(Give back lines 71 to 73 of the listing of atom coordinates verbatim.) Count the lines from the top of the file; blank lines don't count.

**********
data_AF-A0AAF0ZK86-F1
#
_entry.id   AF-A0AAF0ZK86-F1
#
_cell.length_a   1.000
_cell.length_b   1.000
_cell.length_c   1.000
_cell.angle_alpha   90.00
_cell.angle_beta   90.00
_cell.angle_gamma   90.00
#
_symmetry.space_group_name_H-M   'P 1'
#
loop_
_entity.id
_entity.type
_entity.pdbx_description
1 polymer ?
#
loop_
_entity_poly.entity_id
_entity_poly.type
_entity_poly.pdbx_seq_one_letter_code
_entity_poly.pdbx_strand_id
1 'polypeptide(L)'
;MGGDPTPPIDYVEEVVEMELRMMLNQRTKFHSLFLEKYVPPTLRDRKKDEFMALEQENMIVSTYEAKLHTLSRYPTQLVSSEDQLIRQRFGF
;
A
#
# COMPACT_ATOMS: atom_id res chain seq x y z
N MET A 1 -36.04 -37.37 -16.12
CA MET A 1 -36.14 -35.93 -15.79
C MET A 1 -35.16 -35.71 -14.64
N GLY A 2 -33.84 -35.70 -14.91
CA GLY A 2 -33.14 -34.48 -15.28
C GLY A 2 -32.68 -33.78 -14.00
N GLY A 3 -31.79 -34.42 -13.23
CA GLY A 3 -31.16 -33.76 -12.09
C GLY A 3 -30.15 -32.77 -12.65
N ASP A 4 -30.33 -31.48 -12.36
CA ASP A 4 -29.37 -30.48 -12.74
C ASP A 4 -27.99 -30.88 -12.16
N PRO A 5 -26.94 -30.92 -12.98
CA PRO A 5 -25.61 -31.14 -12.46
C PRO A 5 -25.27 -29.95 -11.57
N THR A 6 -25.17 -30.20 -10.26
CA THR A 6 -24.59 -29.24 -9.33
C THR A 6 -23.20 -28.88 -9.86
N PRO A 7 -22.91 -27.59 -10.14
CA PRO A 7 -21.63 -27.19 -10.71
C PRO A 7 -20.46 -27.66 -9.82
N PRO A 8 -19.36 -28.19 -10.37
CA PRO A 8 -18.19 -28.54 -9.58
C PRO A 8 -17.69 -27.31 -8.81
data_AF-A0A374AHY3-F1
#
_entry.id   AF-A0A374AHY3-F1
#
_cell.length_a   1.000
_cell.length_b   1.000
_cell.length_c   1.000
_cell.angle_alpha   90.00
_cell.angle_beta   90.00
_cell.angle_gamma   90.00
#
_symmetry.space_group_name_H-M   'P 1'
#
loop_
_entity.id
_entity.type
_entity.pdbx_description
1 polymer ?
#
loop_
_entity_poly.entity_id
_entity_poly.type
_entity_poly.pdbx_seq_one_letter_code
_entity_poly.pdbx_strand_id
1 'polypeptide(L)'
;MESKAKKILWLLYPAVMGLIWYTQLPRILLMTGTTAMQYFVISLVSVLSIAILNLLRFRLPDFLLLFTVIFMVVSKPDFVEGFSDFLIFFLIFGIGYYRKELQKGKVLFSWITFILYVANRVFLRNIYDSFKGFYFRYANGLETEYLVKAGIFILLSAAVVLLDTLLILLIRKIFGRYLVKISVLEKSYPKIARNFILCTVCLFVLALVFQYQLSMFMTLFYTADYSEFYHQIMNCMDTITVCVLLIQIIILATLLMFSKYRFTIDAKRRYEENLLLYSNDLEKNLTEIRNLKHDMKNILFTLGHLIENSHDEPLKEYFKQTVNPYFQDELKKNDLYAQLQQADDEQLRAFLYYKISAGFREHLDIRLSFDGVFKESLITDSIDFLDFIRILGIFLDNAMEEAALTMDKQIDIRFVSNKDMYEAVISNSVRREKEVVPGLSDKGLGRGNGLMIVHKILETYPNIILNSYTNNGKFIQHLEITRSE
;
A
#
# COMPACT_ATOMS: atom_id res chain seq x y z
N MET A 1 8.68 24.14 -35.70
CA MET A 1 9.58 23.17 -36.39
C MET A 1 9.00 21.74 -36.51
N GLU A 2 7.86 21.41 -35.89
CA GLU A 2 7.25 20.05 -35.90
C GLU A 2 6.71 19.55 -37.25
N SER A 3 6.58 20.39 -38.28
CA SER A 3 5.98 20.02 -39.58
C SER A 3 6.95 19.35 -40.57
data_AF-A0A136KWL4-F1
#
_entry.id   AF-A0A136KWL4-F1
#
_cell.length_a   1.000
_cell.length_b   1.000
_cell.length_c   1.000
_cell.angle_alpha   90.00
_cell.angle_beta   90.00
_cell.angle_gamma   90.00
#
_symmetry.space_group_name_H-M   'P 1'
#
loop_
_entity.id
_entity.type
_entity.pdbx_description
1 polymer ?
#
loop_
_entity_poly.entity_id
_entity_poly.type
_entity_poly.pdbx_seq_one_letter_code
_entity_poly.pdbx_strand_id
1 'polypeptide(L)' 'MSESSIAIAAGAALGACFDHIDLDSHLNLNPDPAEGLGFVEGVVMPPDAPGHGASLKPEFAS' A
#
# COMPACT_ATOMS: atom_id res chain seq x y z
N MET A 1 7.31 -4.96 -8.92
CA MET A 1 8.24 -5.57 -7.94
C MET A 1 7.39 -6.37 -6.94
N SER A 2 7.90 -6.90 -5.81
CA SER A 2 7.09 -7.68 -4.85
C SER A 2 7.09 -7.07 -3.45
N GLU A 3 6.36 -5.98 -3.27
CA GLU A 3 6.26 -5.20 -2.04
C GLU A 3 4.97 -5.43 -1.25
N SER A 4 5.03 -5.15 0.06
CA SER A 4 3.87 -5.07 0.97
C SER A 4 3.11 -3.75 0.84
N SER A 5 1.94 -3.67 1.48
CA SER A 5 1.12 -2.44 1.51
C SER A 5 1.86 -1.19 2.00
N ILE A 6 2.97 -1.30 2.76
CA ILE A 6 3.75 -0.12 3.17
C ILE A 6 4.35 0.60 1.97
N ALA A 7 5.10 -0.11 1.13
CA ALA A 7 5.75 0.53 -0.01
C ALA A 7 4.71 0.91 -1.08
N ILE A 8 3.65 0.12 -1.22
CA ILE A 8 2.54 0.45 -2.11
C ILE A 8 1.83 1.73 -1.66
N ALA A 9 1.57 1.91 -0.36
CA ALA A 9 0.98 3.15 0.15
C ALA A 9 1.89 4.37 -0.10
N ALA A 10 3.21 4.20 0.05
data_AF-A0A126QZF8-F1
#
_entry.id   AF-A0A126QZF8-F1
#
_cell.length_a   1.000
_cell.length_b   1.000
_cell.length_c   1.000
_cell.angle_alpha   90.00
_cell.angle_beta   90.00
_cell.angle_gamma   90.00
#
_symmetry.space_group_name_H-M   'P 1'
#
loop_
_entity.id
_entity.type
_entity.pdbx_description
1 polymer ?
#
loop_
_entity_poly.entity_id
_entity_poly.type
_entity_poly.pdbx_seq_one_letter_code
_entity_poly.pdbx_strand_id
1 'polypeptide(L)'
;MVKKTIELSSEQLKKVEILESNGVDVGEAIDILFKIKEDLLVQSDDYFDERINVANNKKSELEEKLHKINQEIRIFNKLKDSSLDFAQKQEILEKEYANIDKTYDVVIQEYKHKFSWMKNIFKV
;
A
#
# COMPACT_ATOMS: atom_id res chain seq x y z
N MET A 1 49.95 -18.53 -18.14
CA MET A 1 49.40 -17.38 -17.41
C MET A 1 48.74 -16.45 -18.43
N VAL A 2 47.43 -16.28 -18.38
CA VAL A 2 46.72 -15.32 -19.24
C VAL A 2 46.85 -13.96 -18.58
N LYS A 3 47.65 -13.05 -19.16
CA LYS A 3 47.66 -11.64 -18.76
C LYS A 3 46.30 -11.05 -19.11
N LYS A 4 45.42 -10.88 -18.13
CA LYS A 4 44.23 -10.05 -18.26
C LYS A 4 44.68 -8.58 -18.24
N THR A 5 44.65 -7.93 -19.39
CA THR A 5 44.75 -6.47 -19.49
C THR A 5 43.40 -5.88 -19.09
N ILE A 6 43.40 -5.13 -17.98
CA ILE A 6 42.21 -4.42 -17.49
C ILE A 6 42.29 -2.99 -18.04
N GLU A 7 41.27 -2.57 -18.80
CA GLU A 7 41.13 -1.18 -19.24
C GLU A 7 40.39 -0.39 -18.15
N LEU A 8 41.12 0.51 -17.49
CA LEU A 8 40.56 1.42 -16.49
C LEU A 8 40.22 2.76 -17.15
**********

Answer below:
_entity.pdbx_description
1 polymer ?
#